“I need to get off sugar, I’m so addicted!” If you have ever uttered these words you are not alone. Nearly everyone has an affinity for the sweet taste of sugar. Historically, sweetness signaled that a food was safe to eat and not likely to poison us. But for some, the sugar cravings and intense desire to over consume sugar may feel like a true addiction. Is it possible to be addicted to sugar in the same way that one can be addicted to nicotine, drugs, or alcohol? Let’s take a look at the research.
In animal models, sugar has been shown to produce at least three symptoms consistent with those of a substance abuse disorder: cravings, tolerance, and withdrawal (1). One study performed on rats, showed that when given the choice, rats preferred sugar sweetened water over intravenous cocaine because the “reward” was greater (2). When we eat foods that contain a lot of sugar, dopamine (a neurotransmitter that drives the brain’s reward system) is released in the brain. With high sugar intake, the dopamine receptors start to down-regulate. Therefore, the next time you consume sugar, your body will be craving more to achieve the same effect or “reward.” Essentially you are building up a tolerance for sugar, in a similar way that one would build up a tolerance for alcohol or other addictive drugs.
If you are feeling out of control with your sugar intake, try foregoing added sugar for two weeks. This can help reset your palate and allow you to taste less highly sweetened foods even better. In a small study done at Kaiser, participants were asked to cut out all added sugars and artificial sweeteners for two weeks. 95% of subjects reported that the foods and drinks they used to consume now tasted “sweeter.” Over half of the participants reported that the intense cravings stopped after two to three days, and 87% no longer felt withdrawal effects after six days (3).
For some restricting sugar can lead straight into sugar binges. If giving up sugar completely is not for you, I would recommend to limit your added sugar to the American Heart Association Guidelines of 6 teaspoons of added sugar per day (about 25 grams) for women and 9 teaspoons (36 grams) of added sugar for men. Keep in mind that added sugar does not include foods which naturally contain sugar like fruit, some vegetables, and milk. Added sugar does include some products that are often marketed as healthier like honey, brown sugar, coconut sugar, agave, maple syrup, etc. When the sugar craving hits try a small piece of dark chocolate and explore mindful eating techniques.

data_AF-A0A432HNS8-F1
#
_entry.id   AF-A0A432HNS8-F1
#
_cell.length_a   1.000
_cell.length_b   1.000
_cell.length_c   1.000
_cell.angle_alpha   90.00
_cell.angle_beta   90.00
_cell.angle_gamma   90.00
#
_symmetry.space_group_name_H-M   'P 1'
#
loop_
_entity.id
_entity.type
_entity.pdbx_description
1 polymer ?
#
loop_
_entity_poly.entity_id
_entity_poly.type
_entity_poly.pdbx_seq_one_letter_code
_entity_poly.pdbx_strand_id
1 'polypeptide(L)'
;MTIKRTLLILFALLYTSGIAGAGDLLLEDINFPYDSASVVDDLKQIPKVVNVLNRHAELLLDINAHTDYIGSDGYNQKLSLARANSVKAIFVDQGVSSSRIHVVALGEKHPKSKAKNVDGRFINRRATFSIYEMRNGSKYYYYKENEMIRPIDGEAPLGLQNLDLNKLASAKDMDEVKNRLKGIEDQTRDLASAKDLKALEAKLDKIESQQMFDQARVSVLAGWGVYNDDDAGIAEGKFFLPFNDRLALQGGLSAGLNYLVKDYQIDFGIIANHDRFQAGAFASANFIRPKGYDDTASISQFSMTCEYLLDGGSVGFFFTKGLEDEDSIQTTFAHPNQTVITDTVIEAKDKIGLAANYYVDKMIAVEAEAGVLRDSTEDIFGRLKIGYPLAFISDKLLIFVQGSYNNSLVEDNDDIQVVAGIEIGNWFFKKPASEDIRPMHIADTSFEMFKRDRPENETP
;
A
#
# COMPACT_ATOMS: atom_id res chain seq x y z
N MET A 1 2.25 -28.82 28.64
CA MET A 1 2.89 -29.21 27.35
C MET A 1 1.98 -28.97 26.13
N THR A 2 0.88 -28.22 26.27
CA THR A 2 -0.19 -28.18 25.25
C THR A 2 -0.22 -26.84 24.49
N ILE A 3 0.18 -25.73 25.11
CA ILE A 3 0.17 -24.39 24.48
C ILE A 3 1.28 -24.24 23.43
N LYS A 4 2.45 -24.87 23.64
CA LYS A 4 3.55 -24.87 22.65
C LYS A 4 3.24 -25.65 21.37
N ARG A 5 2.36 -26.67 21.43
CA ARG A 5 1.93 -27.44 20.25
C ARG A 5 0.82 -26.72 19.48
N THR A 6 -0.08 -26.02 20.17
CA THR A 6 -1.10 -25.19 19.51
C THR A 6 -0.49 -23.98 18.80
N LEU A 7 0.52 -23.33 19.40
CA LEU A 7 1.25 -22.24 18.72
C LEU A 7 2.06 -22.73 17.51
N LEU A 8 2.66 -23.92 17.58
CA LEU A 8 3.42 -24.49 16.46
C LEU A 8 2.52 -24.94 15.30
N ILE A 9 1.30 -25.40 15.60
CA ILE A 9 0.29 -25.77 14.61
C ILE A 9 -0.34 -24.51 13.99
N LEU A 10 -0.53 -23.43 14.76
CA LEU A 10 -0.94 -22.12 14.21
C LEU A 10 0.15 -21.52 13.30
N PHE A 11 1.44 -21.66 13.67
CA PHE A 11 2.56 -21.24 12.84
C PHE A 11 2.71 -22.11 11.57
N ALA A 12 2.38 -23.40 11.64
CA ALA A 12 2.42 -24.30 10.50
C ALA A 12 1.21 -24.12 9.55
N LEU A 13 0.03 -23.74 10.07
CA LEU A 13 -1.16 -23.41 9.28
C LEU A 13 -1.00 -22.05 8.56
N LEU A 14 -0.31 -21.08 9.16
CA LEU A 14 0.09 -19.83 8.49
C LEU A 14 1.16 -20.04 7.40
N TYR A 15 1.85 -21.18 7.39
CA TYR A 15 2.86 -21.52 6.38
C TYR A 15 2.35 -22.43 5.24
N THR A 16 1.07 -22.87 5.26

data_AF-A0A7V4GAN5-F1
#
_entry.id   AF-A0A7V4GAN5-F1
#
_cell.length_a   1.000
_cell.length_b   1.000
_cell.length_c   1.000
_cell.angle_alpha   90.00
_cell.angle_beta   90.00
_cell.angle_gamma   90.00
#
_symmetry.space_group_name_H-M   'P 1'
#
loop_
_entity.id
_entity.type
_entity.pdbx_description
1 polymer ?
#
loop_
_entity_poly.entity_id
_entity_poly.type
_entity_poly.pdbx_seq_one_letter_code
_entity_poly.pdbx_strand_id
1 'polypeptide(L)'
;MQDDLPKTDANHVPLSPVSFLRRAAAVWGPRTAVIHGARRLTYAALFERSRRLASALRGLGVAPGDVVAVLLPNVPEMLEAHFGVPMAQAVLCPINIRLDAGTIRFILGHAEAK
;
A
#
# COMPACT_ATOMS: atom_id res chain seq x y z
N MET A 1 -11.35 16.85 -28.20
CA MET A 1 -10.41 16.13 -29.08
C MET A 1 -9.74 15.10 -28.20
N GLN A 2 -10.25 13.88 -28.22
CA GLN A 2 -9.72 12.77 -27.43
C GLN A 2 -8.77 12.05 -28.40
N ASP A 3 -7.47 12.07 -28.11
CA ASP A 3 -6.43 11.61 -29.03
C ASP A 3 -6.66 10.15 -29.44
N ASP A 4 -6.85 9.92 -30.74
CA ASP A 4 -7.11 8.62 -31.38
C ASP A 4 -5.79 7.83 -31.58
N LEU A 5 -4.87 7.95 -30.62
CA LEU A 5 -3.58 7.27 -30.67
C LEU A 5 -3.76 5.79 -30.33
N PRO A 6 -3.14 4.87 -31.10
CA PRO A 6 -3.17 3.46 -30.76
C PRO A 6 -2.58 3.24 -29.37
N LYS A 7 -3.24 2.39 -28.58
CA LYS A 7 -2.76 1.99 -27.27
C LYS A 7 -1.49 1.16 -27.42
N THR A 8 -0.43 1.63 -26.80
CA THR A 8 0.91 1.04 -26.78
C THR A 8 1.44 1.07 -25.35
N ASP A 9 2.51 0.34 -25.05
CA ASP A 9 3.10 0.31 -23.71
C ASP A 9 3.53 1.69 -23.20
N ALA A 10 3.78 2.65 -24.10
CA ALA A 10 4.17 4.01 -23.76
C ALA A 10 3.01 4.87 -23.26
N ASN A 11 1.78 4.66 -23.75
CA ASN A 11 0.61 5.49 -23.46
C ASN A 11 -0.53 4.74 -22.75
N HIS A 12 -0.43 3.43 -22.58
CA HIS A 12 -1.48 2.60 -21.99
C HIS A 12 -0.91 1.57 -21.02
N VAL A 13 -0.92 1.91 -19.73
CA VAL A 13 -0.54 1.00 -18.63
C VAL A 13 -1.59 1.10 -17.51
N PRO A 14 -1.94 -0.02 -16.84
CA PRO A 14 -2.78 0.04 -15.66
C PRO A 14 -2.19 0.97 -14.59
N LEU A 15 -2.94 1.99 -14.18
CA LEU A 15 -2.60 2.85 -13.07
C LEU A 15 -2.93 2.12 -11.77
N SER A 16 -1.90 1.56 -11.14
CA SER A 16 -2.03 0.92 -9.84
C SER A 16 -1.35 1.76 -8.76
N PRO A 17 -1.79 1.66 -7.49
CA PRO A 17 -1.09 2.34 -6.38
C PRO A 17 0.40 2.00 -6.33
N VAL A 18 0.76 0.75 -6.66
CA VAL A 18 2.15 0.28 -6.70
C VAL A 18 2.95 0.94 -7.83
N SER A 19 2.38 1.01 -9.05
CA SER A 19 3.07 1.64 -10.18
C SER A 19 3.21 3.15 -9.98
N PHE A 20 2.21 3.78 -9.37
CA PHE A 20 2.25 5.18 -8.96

I find that I do often crave something sweet after a meal, one of my favorite ways to nip the craving in the butt is with a mint or to chew a piece of gum. Then I get back to work and within 10 or 15 minutes the sugar craving is a distant memory. What are some of your favorite tricks to reduce or avoid added sugars?
- Evidence for Sugar Addiction: Behavioral and Neurochemical Effects of Intermittent, Excessive Sugar Intake. http://www.ncbi.nlm.nih.gov/pmc/articles/PMC2235907/
- Intense Sweetness Surpasses Cocaine Reward. http://www.plosone.org/article/fetchArticle.action?articleURI=info%3Adoi%2F10.1371%2Fjournal.pone.0000698
- How To End Your Sugar Addiction http://www.cnn.com/2015/09/30/health/ending-sugar-addiction/
Heather Mason is a Registered Dietitian who holds a Master’s Degree in Nutrition Science. She has a passion for debunking nutrition myths and helping people discover delicious and healthy food. You can read more posts from her on her blog, Nutty Nutrition.